• Palitan ang tubig at linisin ang flower vase minsan sa isang linggo.
  • Takpan ng lupa o buhangin ang mga butas sa paligid ng inyong bahay.
  • Takpan ang mga timba, drum o iba pang imbakan ng tubig.
  • Tanggalin at butasan ang mga gulong sa ibabaw ng inyong bubong o mga gulong sa inyong paligid.
  • Itaob ang mga bote, lata at iba pang maaaring pang-ipuna ng tubig at pangitlugan ng lamok.
  • Linisin at alisin ang tubig sa pamiggalan.

 

SELF-PROTECTION MEASURES

  • Iwasan ang maiikling kasuotan upang di madaling makagat ng lamok.
  • Maaari ding gumamit ng mosquito repellant sa araw.

 

SEEK EARLY CONSULTATION

  • Kung may lagnat na ng 2 araw at may rashes sa balat, pumunta at komunsulta agad sa pinakamalapit na health center o ospital.

 

SAY NO TO INDISCRIMINATE FOGGING

  • Yes to fogging only during outbreaks.

 

For more information please call the Health Promotion Unit DOH-CHD-Bicol

Trunk line (052)483-0935 local 551 or (052)483-0372




Chikungunya

Chikungunya Virus is carried by infected mosquitoes. It causes high grade fever and severe joint pain that starts suddenly. It can also cause headache, muscle pain and rash. Chikungunya(CHIK) does not often result in death, but the symptoms can be disabling, and some people may get severe complications. There is no specific medication available to treat CHIK. There is no vaccine to prevent CHIK. Avoiding mosquito bites is the key to avoid chikungunya fever (CHIK).

 

Why should I be concerned about CHIK?

  • CHIK can be extremely painful and prevent those infected from performing regular daily tasks.
  • A recent outbreak in Italy revealed the chance for a similar event in the US.

How is CHIK spread?

The virus is spread by bites from infected Aedes mosquitoes. If a person is infected and bitten by a mosquito, that mosquito may later spread the virus by biting another person.

 

What are the Symptoms?

  • Sudden onset of high grade fever (102F or 40C)
  • Severe joint pain mainly in the arms and legs
  • Muscle pain
  • Headache
  • Back pain
  • Rash (50% of cases may develop rashes)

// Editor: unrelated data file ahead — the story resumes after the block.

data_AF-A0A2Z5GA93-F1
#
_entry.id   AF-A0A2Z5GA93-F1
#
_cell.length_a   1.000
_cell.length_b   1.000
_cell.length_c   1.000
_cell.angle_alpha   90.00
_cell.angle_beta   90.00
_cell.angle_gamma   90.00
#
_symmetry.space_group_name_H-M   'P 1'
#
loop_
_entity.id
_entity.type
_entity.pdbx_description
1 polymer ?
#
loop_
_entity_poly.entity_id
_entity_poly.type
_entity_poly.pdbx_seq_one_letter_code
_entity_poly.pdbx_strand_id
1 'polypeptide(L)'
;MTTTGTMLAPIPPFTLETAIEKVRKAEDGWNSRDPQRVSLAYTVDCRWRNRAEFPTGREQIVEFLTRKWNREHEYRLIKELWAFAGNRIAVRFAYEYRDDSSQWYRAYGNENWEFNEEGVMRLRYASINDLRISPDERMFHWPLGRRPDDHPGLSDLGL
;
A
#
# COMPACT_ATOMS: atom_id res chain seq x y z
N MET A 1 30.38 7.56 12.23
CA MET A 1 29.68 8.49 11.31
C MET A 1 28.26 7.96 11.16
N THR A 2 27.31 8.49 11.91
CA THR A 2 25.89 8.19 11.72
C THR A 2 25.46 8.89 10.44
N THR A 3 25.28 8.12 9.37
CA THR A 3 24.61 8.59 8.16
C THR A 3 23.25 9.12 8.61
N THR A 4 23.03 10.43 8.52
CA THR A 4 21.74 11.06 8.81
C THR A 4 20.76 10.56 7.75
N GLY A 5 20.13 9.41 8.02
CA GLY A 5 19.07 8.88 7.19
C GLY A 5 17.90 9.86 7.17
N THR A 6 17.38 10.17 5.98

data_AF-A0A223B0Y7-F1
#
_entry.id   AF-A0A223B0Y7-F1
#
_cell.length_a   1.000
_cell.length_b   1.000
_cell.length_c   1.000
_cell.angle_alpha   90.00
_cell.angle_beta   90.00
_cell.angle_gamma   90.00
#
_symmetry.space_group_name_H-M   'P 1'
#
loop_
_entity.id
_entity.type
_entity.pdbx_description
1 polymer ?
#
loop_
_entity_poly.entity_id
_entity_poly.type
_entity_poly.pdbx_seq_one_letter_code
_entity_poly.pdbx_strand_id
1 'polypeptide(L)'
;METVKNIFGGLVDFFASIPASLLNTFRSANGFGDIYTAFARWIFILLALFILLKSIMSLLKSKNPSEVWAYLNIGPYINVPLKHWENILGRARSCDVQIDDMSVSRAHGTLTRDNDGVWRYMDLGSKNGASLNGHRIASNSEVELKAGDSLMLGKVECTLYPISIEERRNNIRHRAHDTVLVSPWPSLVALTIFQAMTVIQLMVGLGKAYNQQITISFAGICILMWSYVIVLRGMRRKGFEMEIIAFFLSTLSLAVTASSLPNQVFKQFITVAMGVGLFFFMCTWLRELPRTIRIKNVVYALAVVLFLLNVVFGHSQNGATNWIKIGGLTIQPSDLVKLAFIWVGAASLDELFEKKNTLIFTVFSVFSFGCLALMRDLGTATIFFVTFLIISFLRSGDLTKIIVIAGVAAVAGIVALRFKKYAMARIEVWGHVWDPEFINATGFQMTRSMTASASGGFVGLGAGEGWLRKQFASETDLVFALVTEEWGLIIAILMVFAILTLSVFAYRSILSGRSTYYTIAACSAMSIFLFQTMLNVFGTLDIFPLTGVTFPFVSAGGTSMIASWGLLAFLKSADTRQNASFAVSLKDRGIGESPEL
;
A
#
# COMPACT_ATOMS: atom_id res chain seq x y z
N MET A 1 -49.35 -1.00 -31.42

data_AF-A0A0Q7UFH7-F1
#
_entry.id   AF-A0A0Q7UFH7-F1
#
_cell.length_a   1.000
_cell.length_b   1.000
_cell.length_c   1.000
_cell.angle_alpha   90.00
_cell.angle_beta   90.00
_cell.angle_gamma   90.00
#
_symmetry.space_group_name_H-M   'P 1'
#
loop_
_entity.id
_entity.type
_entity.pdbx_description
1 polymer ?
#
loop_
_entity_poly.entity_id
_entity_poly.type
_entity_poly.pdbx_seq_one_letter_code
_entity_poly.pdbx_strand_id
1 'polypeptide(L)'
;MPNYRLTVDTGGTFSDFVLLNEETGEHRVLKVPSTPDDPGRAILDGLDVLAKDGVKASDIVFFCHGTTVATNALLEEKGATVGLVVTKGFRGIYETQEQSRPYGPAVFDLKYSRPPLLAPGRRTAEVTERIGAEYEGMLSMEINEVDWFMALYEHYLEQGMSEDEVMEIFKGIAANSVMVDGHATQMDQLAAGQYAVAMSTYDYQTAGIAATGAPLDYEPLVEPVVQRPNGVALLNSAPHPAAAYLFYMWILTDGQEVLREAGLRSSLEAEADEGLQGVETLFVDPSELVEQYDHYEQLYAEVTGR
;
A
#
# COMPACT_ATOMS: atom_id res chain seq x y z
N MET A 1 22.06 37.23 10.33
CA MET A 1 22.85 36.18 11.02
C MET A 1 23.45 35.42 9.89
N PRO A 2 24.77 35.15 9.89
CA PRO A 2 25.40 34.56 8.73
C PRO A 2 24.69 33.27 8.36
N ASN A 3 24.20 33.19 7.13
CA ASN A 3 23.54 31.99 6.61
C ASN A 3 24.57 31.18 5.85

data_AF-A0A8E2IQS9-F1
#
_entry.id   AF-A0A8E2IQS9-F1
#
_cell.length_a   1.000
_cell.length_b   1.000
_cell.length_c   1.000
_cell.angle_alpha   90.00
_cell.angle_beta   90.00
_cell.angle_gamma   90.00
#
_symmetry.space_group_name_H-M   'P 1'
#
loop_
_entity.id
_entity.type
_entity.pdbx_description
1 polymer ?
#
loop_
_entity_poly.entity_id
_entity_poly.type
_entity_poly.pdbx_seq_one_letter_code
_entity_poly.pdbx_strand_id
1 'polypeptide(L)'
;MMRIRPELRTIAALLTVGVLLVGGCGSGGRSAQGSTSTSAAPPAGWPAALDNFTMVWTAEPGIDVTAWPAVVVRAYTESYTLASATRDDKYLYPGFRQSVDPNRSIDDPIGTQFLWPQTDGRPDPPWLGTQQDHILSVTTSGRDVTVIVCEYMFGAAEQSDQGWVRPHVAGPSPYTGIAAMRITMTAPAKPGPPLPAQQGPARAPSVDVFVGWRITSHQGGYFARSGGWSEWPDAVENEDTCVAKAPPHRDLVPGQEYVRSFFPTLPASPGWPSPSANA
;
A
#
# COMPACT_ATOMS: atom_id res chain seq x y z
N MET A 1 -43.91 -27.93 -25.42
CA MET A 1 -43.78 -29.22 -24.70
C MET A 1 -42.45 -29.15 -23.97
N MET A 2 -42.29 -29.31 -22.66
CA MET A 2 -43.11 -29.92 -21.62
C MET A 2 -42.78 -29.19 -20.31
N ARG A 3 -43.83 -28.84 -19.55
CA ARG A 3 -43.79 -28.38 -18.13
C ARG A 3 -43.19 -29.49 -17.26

Symptoms appear on average 3 to 7 days after being bitten by an infected mosquito.

Most patients feel better after a few days or weeks. Some people may develop longer-term joint pain.

Complications are rare, but more common in:

  1. Infants (<1 year)
  2. Elderly (>65 years)
  3. People with other chronic conditions such as: diabetes, hypertension, etc.

*** Extra caution should be taken by people in these groups to avoid mosquito bites***

 

How is CHIKV treated?

There are no specific medicines for this virus. However, using medicines (other than aspirin) to lower your fever and joint pain may help. Consult a health care provider.

 

How can I avoid becoming infected?
AVOID MOSQUITO BITES! The following will help to reduce your chances of being bitten:

  • Wear long-sleeved shirts and long pants.
  • Use mosquito repellent on exposed skin including: DEET, picaridin, IR3535 and oil of lemon eucalyptus.
  • Ensure window/door screens are intact.
  • Use A/C when available to make households less hospitable to mosquitoes.
  • Wear permethrin-treated clothing to repel and kill mosquitoes.

 

How can I protect my community?

Aedes mosquitoes live in a wide range of habitats across the US. Standing water is needed for mosquito eggs to develop into adults. Preventing standing water prevents Aedes mosquitoes. Standing water can collect in tires, flower pots, cans, wading pools, drain pipes and any other open containers.

Cooperate with your area’s mosquito control program, if spraying occurs.

 

What should I do if I have symptoms?

  • Record your symptoms and see a doctor.
  • Protect yourself against further mosquito bites.
  • If you are sick with CHIKV, avoiding bites will help to protect others from getting sick.

 

Where can I find more information?

Centers for Disease Control and Prevention